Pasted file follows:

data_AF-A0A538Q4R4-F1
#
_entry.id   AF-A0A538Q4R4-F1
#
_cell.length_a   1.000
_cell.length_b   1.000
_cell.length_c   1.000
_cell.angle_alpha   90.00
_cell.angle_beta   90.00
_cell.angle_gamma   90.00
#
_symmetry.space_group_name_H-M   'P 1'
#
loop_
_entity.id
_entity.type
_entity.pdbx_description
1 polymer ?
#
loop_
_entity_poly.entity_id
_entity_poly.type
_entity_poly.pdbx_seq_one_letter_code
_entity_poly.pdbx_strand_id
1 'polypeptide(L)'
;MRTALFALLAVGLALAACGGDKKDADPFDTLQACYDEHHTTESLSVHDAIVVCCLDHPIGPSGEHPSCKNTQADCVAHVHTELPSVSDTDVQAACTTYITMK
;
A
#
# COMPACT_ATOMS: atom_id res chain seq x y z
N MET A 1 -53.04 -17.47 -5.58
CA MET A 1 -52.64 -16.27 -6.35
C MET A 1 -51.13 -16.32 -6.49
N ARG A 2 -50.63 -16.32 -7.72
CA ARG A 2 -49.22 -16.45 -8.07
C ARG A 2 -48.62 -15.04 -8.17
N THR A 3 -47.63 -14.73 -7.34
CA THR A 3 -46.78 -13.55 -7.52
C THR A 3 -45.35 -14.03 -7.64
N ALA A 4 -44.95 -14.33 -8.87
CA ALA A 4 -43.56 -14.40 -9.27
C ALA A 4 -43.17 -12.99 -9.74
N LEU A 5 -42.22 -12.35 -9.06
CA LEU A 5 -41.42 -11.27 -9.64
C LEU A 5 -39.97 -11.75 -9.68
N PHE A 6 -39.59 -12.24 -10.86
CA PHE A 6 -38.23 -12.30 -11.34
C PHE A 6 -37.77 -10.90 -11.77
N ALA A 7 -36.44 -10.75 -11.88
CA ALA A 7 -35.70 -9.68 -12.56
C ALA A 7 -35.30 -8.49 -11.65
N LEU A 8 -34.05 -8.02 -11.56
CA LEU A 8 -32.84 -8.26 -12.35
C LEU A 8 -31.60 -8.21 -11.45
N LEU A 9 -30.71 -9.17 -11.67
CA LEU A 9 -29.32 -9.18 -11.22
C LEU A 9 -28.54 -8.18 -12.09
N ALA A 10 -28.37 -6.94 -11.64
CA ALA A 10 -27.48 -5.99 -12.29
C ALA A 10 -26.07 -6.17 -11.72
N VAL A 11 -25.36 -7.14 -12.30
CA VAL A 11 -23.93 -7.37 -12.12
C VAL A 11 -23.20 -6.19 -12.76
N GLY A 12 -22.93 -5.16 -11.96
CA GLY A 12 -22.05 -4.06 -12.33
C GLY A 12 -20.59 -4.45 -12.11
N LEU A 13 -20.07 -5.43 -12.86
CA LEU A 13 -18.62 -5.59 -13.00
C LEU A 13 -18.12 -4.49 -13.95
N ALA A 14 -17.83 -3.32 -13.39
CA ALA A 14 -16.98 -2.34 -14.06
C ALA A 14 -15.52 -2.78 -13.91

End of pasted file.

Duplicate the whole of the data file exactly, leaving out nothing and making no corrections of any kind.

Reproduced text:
data_AF-A0A538Q4R4-F1
#
_entry.id   AF-A0A538Q4R4-F1
#
_cell.length_a   1.000
_cell.length_b   1.000
_cell.length_c   1.000
_cell.angle_alpha   90.00
_cell.angle_beta   90.00
_cell.angle_gamma   90.00
#
_symmetry.space_group_name_H-M   'P 1'
#
loop_
_entity.id
_entity.type
_entity.pdbx_description
1 polymer ?
#
loop_
_entity_poly.entity_id
_entity_poly.type
_entity_poly.pdbx_seq_one_letter_code
_entity_poly.pdbx_strand_id
1 'polypeptide(L)'
;MRTALFALLAVGLALAACGGDKKDADPFDTLQACYDEHHTTESLSVHDAIVVCCLDHPIGPSGEHPSCKNTQADCVAHVHTELPSVSDTDVQAACTTYITMK
;
A
#
# COMPACT_ATOMS: atom_id res chain seq x y z
N MET A 1 -53.04 -17.47 -5.58
CA MET A 1 -52.64 -16.27 -6.35
C MET A 1 -51.13 -16.32 -6.49
N ARG A 2 -50.63 -16.32 -7.72
CA ARG A 2 -49.22 -16.45 -8.07
C ARG A 2 -48.62 -15.04 -8.17
N THR A 3 -47.63 -14.73 -7.34
CA THR A 3 -46.78 -13.55 -7.52
C THR A 3 -45.35 -14.03 -7.64
N ALA A 4 -44.95 -14.33 -8.87
CA ALA A 4 -43.56 -14.40 -9.27
C ALA A 4 -43.17 -12.99 -9.74
N LEU A 5 -42.22 -12.35 -9.06
CA LEU A 5 -41.42 -11.27 -9.64
C LEU A 5 -39.97 -11.75 -9.68
N PHE A 6 -39.59 -12.24 -10.86
CA PHE A 6 -38.23 -12.30 -11.34
C PHE A 6 -37.77 -10.90 -11.77
N ALA A 7 -36.44 -10.75 -11.88
CA ALA A 7 -35.70 -9.68 -12.56
C ALA A 7 -35.30 -8.49 -11.65
N LEU A 8 -34.05 -8.02 -11.56
CA LEU A 8 -32.84 -8.26 -12.35
C LEU A 8 -31.60 -8.21 -11.45
N LEU A 9 -30.71 -9.17 -11.67
CA LEU A 9 -29.32 -9.18 -11.22
C LEU A 9 -28.54 -8.18 -12.09
N ALA A 10 -28.37 -6.94 -11.64
CA ALA A 10 -27.48 -5.99 -12.29
C ALA A 10 -26.07 -6.17 -11.72
N VAL A 11 -25.36 -7.14 -12.30
CA VAL A 11 -23.93 -7.37 -12.12
C VAL A 11 -23.20 -6.19 -12.76
N GLY A 12 -22.93 -5.16 -11.96
CA GLY A 12 -22.05 -4.06 -12.33
C GLY A 12 -20.59 -4.45 -12.11
N LEU A 13 -20.07 -5.43 -12.86
CA LEU A 13 -18.62 -5.59 -13.00
C LEU A 13 -18.12 -4.49 -13.95
N ALA A 14 -17.83 -3.32 -13.39
CA ALA A 14 -16.98 -2.34 -14.06
C ALA A 14 -15.52 -2.78 -13.91